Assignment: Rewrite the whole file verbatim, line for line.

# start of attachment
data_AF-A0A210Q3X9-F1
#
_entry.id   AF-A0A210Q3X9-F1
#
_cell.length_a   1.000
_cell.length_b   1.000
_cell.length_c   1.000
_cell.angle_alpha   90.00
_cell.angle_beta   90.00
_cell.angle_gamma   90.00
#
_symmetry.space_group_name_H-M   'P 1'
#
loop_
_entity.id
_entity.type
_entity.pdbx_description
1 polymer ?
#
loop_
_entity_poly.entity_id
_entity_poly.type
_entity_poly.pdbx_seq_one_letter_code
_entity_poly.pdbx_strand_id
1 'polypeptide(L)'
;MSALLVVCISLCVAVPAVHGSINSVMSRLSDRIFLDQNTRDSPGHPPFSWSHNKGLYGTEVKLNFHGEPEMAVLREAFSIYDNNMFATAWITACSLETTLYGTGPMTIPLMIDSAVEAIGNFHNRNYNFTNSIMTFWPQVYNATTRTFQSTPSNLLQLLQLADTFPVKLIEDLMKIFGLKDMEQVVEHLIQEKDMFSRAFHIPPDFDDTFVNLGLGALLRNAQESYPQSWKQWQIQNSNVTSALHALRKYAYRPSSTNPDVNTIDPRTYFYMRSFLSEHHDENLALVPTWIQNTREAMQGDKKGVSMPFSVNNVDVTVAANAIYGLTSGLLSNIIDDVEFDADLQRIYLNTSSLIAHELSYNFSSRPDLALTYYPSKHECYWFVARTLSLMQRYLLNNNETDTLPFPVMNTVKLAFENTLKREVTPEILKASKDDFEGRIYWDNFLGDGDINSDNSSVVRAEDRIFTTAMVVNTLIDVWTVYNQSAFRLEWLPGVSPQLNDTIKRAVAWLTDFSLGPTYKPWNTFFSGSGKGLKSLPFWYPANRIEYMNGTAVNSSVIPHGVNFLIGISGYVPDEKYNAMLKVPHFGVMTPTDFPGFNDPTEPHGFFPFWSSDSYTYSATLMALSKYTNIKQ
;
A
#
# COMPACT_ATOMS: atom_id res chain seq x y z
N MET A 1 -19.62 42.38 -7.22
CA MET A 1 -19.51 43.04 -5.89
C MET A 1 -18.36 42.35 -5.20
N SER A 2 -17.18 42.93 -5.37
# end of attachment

data_AF-A0A210Q3X9-F1
#
_entry.id   AF-A0A210Q3X9-F1
#
_cell.length_a   1.000
_cell.length_b   1.000
_cell.length_c   1.000
_cell.angle_alpha   90.00
_cell.angle_beta   90.00
_cell.angle_gamma   90.00
#
_symmetry.space_group_name_H-M   'P 1'
#
loop_
_entity.id
_entity.type
_entity.pdbx_description
1 polymer ?
#
loop_
_entity_poly.entity_id
_entity_poly.type
_entity_poly.pdbx_seq_one_letter_code
_entity_poly.pdbx_strand_id
1 'polypeptide(L)'
;MSALLVVCISLCVAVPAVHGSINSVMSRLSDRIFLDQNTRDSPGHPPFSWSHNKGLYGTEVKLNFHGEPEMAVLREAFSIYDNNMFATAWITACSLETTLYGTGPMTIPLMIDSAVEAIGNFHNRNYNFTNSIMTFWPQVYNATTRTFQSTPSNLLQLLQLADTFPVKLIEDLMKIFGLKDMEQVVEHLIQEKDMFSRAFHIPPDFDDTFVNLGLGALLRNAQESYPQSWKQWQIQNSNVTSALHALRKYAYRPSSTNPDVNTIDPRTYFYMRSFLSEHHDENLALVPTWIQNTREAMQGDKKGVSMPFSVNNVDVTVAANAIYGLTSGLLSNIIDDVEFDADLQRIYLNTSSLIAHELSYNFSSRPDLALTYYPSKHECYWFVARTLSLMQRYLLNNNETDTLPFPVMNTVKLAFENTLKREVTPEILKASKDDFEGRIYWDNFLGDGDINSDNSSVVRAEDRIFTTAMVVNTLIDVWTVYNQSAFRLEWLPGVSPQLNDTIKRAVAWLTDFSLGPTYKPWNTFFSGSGKGLKSLPFWYPANRIEYMNGTAVNSSVIPHGVNFLIGISGYVPDEKYNAMLKVPHFGVMTPTDFPGFNDPTEPHGFFPFWSSDSYTYSATLMALSKYTNIKQ
;
A
#
# COMPACT_ATOMS: atom_id res chain seq x y z
N MET A 1 -19.62 42.38 -7.22
CA MET A 1 -19.51 43.04 -5.89
C MET A 1 -18.36 42.35 -5.20
N SER A 2 -17.18 42.93 -5.37